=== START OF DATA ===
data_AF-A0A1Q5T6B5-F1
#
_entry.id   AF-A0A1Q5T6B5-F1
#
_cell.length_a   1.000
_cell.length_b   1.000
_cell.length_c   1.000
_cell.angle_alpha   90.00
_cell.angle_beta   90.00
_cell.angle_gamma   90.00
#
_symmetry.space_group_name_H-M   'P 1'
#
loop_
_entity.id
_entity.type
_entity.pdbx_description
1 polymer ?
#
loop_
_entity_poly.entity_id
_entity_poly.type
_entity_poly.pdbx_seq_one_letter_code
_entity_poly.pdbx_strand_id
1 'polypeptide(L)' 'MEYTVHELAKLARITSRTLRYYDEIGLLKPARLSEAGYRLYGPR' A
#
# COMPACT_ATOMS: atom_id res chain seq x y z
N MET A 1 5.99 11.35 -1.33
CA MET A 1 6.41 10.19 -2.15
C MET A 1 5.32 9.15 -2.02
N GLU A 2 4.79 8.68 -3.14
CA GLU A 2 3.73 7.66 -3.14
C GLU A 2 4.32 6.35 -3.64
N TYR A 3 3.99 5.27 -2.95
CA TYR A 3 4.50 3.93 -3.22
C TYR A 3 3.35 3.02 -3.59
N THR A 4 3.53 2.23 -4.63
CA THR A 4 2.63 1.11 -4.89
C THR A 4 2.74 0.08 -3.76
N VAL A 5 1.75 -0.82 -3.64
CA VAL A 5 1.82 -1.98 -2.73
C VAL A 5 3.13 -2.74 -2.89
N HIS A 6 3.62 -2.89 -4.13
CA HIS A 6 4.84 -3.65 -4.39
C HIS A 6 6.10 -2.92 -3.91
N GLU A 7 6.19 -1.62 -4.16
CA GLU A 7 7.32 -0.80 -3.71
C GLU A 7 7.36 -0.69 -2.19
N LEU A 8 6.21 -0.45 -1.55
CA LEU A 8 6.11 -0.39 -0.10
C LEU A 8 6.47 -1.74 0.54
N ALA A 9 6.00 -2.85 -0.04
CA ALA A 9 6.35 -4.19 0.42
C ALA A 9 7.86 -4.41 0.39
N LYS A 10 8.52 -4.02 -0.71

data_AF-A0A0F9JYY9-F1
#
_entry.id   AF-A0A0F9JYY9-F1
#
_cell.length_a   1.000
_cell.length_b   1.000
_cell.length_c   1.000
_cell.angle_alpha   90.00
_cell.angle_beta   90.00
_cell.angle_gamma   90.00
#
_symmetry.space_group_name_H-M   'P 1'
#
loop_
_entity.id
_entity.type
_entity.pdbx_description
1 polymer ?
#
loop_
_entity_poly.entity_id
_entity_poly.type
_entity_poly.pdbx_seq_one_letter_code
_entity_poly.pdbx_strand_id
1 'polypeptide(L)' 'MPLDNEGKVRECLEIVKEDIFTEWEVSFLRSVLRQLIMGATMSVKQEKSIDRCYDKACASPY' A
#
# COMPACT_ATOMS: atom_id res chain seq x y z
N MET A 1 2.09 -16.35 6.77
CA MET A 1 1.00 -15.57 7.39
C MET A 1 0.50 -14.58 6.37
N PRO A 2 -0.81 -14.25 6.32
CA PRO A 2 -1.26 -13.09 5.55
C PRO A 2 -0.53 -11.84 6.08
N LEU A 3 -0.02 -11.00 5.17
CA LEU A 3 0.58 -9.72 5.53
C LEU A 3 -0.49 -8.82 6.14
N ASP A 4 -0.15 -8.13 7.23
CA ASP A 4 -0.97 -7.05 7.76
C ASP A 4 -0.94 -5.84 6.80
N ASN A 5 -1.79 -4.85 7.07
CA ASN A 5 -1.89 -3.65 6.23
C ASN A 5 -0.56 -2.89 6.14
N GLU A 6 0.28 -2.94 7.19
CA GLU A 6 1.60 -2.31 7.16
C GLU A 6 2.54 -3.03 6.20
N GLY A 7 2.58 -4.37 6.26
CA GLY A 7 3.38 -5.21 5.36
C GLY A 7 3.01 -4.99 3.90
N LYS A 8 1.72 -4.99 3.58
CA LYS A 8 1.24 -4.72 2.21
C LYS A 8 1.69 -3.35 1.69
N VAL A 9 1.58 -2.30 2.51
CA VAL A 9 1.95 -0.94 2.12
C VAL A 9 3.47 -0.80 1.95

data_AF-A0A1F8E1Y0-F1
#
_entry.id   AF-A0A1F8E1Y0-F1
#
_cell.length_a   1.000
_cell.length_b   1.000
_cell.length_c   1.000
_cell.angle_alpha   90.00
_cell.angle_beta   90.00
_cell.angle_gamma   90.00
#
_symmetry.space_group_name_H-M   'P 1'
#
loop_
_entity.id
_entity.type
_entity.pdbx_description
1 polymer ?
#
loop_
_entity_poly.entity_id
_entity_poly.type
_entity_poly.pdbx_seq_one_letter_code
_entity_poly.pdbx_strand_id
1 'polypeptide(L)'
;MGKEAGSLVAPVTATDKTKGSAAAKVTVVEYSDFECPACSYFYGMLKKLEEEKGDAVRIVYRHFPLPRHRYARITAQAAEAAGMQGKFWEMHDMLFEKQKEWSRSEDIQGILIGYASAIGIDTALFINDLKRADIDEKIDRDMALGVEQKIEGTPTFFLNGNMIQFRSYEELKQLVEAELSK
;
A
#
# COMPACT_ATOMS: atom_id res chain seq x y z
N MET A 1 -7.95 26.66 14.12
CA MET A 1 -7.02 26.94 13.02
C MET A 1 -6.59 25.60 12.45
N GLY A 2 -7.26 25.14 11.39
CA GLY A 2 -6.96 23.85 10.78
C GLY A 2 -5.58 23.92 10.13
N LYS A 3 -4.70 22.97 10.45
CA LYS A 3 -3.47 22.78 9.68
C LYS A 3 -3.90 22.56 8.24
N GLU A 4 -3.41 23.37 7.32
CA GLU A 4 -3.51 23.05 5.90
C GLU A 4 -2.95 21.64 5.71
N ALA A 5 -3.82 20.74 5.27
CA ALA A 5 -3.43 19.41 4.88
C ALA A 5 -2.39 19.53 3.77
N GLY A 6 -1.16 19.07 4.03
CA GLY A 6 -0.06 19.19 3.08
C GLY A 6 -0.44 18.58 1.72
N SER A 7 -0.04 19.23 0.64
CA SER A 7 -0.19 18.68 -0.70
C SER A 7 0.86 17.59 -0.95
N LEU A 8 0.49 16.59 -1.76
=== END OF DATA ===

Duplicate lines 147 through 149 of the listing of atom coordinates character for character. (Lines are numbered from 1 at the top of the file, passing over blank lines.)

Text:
CA LYS A 3 -3.47 22.78 9.68
C LYS A 3 -3.90 22.56 8.24
N GLU A 4 -3.41 23.37 7.32